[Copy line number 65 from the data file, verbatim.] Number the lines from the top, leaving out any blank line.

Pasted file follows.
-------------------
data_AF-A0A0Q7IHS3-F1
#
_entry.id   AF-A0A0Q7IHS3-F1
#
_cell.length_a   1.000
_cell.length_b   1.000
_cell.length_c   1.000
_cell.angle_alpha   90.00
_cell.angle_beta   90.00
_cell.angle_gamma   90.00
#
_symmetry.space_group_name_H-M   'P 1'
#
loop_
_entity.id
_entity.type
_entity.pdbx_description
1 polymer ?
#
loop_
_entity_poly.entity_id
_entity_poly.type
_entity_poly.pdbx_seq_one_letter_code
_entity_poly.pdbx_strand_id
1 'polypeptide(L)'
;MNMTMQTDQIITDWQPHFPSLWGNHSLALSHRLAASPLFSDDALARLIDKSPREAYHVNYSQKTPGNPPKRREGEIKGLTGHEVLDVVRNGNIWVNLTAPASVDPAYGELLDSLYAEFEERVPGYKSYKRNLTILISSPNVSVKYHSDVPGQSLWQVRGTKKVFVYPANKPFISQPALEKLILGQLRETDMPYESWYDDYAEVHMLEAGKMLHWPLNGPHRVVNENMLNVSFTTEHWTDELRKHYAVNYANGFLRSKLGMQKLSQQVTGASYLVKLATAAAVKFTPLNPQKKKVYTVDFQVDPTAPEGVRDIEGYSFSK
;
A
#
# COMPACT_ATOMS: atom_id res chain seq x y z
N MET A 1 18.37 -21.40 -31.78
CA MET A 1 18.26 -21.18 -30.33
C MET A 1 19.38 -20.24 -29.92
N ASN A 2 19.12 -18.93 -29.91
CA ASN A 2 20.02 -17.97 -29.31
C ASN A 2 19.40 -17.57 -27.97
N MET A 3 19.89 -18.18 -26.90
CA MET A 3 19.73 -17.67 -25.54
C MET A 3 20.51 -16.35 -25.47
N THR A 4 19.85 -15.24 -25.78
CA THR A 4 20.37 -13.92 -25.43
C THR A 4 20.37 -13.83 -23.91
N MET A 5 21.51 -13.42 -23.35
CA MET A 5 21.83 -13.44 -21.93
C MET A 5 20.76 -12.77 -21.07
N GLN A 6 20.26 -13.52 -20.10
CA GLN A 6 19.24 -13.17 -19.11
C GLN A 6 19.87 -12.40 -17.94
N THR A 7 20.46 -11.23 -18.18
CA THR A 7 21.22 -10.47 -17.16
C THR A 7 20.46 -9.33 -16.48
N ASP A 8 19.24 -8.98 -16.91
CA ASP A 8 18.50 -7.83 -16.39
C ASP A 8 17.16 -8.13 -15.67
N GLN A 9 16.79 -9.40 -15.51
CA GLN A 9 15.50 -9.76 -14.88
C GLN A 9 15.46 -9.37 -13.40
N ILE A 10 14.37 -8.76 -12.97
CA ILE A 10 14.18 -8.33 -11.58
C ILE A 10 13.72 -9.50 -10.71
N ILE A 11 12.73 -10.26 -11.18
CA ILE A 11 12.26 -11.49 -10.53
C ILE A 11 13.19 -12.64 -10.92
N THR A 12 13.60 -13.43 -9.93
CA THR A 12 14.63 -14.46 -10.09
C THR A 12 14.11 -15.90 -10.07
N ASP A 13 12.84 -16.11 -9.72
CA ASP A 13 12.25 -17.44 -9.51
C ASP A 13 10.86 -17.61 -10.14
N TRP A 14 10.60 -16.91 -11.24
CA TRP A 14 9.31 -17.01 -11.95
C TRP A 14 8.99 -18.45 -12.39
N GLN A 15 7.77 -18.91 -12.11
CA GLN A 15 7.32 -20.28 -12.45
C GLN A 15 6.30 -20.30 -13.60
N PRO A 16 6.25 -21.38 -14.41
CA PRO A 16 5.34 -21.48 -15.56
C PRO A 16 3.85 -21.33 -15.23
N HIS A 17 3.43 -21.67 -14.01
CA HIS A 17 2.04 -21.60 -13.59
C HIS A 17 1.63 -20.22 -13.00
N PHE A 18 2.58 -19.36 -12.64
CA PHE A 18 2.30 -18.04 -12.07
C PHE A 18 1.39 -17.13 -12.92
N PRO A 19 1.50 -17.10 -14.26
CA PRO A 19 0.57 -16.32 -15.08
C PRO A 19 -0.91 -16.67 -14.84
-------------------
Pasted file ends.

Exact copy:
CA THR A 12 14.63 -14.46 -10.09